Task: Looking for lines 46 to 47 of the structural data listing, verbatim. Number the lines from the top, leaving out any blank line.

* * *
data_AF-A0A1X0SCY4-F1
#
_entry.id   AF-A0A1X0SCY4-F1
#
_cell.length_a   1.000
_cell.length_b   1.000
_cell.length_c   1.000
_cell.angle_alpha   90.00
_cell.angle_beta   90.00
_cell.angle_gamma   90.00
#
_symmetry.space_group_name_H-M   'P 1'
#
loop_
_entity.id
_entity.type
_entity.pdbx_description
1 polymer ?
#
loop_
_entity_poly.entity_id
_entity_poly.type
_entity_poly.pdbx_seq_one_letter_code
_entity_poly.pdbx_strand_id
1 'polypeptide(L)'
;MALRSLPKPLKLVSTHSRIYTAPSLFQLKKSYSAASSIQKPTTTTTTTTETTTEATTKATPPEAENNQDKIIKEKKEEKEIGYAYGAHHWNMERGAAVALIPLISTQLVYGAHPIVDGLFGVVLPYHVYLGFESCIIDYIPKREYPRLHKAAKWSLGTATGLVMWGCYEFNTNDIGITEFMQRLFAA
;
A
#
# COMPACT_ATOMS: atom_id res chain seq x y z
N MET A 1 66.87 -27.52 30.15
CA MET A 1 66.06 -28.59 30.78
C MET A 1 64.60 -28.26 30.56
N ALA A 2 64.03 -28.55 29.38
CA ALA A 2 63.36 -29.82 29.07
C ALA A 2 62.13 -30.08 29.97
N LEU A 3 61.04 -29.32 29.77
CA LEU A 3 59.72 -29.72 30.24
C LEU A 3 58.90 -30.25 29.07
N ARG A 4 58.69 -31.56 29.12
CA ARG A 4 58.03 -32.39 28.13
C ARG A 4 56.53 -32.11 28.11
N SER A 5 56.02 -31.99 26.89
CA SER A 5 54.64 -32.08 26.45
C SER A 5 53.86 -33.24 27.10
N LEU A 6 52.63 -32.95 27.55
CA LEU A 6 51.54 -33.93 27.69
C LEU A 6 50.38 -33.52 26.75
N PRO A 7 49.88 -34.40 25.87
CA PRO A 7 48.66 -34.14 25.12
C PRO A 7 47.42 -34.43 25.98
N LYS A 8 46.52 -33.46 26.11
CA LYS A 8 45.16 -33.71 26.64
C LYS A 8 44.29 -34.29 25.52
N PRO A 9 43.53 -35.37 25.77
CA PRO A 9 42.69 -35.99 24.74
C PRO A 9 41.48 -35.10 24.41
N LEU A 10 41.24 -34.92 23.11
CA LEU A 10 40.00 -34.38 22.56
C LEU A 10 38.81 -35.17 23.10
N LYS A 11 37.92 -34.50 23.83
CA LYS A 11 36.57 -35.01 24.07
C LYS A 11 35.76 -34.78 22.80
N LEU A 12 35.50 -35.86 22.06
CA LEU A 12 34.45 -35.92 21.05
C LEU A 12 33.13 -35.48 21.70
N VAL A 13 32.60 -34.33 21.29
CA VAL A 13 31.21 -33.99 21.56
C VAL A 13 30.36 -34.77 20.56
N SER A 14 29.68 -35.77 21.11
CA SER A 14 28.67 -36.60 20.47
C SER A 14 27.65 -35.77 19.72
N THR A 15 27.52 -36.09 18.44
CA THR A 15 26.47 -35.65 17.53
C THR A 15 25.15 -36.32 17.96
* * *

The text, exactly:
N LEU A 6 52.63 -32.95 27.55
CA LEU A 6 51.54 -33.93 27.69